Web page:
why can attacking players not be offside at a penalty kick.


what skills and areas of communication you would you use during a cautioning and a sending off procedure in order to defuse the situation

USSF answer (October 15, 2008):
1. You are a referee and don’t know why players cannot be offside at a penalty kick? Hmmm.

The reason they cannot be offside at a PK is that they have committed an infringement of Law 14 (Penalty Kick), which requires:
The players other than the kicker must be located:
• inside the field of play
• outside the penalty area
• behind the penalty mark
• at least 9.15 m (10 yds) from the penalty mark

The referee must not signal for the PK if any player (both teams) is between the ball and the goal line. Law 14 requires that these locations be in place before the signal.  If any attacker rushes past the ball after the signal but before the ball is in play, this is treated as a violation of Law 14, not Law 11.

2. Defusing a situation during cautioning or sending-off procedure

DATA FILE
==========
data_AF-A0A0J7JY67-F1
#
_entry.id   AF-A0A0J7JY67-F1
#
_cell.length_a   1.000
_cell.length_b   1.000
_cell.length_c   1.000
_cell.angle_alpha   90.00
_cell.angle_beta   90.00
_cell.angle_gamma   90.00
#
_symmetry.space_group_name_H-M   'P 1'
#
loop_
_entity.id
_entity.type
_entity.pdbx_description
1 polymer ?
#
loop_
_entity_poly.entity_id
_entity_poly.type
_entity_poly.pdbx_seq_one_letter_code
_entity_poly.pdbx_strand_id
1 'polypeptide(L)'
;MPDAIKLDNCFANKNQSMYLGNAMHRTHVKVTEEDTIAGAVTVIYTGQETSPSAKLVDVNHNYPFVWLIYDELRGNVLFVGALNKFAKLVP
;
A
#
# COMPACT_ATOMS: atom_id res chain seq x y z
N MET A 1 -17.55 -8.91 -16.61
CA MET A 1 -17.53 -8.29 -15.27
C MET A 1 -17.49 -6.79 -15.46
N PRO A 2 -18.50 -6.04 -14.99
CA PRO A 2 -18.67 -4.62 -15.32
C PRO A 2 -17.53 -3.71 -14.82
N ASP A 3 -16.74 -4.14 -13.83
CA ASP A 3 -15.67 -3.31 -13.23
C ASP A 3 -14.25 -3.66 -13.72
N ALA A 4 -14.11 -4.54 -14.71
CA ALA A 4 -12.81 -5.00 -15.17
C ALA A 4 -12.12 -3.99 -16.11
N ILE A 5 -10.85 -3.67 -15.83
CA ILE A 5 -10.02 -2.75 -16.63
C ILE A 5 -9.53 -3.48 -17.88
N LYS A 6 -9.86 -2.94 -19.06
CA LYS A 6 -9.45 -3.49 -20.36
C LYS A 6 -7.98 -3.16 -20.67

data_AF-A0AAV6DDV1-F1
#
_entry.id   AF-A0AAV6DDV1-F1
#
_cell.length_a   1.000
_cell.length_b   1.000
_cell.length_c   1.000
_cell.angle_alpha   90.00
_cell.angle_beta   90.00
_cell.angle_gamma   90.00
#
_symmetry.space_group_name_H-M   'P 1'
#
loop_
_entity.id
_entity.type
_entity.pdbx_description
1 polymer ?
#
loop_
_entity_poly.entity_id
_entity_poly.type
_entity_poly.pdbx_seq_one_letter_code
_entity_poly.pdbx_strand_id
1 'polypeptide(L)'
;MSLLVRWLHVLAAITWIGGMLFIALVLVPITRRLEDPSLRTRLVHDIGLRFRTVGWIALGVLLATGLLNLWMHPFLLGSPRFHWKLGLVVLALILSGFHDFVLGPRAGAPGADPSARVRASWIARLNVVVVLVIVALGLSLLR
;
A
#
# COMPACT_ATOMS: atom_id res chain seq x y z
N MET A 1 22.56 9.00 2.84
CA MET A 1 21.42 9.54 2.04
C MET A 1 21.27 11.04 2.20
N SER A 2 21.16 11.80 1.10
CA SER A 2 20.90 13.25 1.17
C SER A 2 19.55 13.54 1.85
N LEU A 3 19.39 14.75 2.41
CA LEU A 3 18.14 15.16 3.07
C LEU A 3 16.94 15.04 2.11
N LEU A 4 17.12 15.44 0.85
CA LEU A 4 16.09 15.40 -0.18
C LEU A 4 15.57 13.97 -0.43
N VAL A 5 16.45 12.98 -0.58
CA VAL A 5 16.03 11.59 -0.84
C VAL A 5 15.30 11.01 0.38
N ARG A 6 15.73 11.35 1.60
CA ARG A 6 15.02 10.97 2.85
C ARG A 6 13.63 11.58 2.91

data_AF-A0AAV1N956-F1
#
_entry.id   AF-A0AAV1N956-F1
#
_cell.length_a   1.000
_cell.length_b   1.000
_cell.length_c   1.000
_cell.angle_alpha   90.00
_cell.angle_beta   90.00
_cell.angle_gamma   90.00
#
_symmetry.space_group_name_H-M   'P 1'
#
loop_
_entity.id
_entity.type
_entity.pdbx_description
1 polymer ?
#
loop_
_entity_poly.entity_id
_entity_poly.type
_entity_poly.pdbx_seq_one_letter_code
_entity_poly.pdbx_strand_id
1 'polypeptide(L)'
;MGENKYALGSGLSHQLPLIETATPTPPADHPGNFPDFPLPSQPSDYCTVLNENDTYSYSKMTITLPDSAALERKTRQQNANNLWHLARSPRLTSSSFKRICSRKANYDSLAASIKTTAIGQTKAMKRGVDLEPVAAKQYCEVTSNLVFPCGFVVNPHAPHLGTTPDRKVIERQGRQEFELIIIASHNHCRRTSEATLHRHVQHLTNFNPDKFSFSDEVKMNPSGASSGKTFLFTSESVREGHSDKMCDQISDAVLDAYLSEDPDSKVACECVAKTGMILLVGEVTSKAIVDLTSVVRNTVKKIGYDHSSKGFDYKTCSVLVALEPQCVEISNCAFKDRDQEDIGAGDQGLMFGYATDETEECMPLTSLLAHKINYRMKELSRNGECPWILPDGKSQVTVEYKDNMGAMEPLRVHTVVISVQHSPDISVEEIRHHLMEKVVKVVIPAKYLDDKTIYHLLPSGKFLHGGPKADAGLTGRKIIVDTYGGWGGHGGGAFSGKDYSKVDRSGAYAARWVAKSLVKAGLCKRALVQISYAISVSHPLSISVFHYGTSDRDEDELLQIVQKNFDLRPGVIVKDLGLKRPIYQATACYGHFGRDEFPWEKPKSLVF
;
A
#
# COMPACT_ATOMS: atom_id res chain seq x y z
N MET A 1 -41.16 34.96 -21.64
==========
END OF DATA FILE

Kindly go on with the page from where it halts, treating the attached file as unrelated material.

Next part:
Stick strictly to the instructions given you by the Laws of the Game, remain mentally alert and always maintain a calm and collect professional manner. Move players aside who would enter into any “discussion” with you, leaving the field if necessary to avoid them. Remain mentally alert, calm, collected, and professional. Get the facts, tell the player why he or she is being cautioned or sent off, show the card, move away and get on with the game. Remain mentally alert, calm, collected, and professional. (We cannot repeat this enough.) And never sacrifice your body.

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